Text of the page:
Mobile price comparison service Save22 lands new investment to expand in Southeast Asia

Mobile price comparison service Save22 lands new investment to expand in Southeast Asia

Singapore-headquartered price comparison site Save22 has raised an undisclosed round of funding that will see it push on and expand its service across Southeast Asia. The round was led by existing investor Crystal Horse (Singapore), and includes participation from blog advertising network NuffnangStrategia Ventures (Singapore) and Little Lights Capital in Indonesia.

Save22 is currently live in Singapore, the Philippines and Indonesia but, with the new investment, co-founder and CEO Guyi Shen tells TNW it will launch in Malaysia within the next three months. There are also plans to expand into new products that provide “offline retail market transparency” solutions, while the sales team in its existing three markets will be increased too.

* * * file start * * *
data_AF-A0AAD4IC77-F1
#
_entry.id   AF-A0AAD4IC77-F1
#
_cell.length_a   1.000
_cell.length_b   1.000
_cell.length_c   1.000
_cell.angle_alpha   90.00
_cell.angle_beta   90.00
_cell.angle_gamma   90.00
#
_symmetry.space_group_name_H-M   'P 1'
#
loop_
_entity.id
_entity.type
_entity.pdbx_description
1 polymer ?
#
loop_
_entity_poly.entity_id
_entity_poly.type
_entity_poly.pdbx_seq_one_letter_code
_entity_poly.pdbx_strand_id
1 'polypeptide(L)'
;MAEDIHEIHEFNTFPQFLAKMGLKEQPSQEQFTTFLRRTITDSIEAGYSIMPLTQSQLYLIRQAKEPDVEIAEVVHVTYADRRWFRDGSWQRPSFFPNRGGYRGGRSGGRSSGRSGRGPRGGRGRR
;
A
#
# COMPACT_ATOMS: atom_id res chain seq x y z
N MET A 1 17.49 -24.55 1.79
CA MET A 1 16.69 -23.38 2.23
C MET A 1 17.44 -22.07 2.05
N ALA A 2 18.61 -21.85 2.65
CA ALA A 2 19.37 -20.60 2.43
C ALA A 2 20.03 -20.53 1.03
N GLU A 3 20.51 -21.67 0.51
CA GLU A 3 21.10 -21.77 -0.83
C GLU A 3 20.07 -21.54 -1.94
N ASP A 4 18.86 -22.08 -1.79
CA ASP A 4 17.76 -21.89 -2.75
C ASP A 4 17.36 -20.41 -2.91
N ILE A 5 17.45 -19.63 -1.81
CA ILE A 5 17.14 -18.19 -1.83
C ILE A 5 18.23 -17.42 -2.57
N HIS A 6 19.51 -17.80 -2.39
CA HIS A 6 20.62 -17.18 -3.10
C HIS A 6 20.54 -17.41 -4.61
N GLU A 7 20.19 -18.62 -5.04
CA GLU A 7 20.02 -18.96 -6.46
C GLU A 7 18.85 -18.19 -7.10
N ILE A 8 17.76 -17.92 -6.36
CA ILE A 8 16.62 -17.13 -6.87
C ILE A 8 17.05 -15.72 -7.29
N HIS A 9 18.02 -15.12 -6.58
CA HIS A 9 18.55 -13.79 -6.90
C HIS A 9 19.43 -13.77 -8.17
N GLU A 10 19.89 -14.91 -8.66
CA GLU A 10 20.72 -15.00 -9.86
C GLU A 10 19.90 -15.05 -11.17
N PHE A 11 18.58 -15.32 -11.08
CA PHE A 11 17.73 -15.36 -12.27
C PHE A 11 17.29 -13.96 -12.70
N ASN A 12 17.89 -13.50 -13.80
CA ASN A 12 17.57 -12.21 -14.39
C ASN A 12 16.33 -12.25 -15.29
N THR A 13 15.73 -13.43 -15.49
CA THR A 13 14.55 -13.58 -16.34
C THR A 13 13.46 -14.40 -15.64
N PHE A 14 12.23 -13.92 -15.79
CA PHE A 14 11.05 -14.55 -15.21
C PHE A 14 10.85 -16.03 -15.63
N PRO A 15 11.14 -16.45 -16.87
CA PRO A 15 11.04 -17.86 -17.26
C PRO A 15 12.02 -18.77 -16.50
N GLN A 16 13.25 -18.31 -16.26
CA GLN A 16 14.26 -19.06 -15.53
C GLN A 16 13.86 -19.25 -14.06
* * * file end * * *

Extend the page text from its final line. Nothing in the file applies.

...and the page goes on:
The startup previously raised $100,000 in seed funding from Crystal Horse, but neither Shen nor the new backers are divulging the value of the latest round.

Initially founded as Lobangclub in 2010, the service enables shoppers to find the lowest prices for items simply by scanning the barcode. Once a scan is complete, the app provides locations of the nearest retailers and the price at which they are selling the product.


It is available for iOS and Android, but is currently limited to the aforementioned three countries in Southeast Asia.

Back in 2011, when Save22 was known as Lobangclub, it scooped the top prize in the Asia Top 50 Apps competition at the Singtel Techventure 2011 event.

It also drew attention following an appearance on Singapore’s startup reality show Angel’s Gate, as Shen was criticized for giving away a 10 percent stake in the company for 12 months of mentoring by two angel investors (video). It later transpired that, despite agreeing to the deal in the footage, Shen had not accepted the offer.

The company changed its name last August when Shen and fellow co-founders Ronald Cheung and Jeremy Foo realized the negative connotations that it drew in Indonesia, where ‘lobang’ — which is slang for deal in Singapore — means ‘hole’. Go figure the rest.

Top Image Credit: Sufi Nawaz

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